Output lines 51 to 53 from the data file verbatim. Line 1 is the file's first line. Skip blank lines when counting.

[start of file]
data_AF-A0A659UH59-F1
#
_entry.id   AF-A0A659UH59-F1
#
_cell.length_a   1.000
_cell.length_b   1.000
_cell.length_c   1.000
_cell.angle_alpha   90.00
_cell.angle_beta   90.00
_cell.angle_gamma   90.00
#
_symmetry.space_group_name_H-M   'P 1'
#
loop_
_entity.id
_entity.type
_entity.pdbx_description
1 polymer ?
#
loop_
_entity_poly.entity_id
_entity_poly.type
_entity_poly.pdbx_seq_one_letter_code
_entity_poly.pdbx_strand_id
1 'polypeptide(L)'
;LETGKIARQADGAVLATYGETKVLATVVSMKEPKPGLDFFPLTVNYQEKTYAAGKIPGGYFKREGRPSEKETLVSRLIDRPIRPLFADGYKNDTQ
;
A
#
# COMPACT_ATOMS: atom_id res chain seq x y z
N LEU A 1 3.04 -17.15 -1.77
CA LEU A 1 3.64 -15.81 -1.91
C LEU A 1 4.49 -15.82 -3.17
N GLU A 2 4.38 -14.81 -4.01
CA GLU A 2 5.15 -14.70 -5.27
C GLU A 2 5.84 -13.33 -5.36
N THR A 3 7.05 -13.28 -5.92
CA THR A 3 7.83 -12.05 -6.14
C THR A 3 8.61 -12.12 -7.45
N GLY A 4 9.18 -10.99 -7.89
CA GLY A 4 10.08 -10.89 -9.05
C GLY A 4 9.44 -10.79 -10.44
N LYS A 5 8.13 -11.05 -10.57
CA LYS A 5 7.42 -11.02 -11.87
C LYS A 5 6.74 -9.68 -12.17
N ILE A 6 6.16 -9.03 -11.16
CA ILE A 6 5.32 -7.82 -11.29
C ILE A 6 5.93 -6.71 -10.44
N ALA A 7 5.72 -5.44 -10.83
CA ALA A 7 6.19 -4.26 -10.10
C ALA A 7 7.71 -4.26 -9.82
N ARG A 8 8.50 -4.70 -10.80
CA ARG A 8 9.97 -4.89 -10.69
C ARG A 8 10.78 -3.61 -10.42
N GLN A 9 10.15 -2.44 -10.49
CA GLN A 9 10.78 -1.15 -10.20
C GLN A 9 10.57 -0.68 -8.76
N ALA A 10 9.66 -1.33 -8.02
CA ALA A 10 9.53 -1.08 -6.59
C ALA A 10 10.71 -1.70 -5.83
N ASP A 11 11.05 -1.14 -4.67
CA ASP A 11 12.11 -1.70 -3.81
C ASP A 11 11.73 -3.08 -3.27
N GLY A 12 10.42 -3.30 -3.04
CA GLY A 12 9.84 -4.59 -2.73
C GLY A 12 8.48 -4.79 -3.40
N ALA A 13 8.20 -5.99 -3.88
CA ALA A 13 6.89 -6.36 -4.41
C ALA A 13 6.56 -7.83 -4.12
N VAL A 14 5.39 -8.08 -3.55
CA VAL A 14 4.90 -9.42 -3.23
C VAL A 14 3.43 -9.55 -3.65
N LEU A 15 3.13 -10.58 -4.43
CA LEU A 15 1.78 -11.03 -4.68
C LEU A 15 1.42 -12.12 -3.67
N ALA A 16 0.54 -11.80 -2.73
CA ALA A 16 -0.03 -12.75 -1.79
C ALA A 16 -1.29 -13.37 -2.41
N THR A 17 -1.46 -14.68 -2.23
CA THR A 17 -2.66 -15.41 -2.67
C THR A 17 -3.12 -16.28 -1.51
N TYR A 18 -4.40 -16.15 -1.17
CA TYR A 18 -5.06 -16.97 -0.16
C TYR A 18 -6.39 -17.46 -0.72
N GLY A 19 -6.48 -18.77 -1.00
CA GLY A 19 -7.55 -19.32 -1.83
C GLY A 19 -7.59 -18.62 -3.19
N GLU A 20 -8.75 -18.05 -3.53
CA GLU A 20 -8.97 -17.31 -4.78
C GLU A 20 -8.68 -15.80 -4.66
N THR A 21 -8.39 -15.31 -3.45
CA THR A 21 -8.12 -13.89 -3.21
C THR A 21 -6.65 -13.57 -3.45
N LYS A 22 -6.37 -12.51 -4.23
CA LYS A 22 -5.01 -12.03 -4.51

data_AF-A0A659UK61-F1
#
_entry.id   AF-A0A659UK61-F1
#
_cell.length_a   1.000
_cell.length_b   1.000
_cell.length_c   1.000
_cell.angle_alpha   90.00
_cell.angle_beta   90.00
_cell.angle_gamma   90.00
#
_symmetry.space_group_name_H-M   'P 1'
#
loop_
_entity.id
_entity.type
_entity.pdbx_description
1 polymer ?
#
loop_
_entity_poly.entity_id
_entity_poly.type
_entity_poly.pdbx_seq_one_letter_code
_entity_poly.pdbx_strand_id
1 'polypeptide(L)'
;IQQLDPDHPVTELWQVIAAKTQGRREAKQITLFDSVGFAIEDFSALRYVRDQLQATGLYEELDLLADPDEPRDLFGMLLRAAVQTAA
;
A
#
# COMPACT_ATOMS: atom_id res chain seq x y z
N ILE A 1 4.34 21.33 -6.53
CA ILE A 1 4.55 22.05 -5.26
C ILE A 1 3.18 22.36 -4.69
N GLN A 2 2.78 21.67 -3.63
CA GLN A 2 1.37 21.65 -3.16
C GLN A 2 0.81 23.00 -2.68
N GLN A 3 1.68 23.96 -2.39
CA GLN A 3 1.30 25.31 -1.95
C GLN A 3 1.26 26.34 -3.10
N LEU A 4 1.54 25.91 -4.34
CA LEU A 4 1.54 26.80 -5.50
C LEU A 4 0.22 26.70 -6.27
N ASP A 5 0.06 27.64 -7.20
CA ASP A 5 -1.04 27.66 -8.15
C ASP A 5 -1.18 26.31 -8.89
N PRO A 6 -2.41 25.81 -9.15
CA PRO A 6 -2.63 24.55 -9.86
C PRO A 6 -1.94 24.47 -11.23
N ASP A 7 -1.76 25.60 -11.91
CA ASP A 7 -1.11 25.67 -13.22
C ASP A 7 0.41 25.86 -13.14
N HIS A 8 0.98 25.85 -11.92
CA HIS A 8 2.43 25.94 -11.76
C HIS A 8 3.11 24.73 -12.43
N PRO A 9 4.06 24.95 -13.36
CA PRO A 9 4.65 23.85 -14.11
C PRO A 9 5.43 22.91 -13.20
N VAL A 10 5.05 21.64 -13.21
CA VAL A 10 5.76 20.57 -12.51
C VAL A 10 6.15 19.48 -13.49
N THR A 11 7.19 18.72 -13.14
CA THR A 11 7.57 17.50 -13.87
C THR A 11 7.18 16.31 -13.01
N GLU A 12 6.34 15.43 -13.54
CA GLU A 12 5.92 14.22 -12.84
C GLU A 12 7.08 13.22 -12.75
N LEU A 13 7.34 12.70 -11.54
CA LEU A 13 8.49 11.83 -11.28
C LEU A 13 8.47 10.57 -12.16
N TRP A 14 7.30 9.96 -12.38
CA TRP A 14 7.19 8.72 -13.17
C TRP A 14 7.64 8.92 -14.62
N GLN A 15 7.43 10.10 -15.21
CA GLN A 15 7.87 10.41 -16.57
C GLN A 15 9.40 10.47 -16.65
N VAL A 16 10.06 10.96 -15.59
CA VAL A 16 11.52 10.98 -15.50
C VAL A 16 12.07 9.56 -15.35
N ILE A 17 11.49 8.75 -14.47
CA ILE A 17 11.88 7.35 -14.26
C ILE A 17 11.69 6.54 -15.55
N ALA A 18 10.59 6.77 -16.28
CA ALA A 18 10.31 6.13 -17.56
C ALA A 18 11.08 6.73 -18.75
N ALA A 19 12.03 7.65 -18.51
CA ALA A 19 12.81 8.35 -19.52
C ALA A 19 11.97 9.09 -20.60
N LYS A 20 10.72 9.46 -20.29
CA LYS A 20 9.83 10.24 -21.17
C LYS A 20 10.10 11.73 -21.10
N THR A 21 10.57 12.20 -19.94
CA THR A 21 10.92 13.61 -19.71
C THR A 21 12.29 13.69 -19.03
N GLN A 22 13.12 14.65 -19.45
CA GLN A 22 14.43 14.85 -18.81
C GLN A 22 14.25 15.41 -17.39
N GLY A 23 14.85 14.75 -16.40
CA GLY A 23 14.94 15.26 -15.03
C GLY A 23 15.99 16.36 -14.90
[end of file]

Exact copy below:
C ALA A 7 7.71 -4.26 -9.82
N ARG A 8 8.50 -4.70 -10.80
CA ARG A 8 9.97 -4.89 -10.69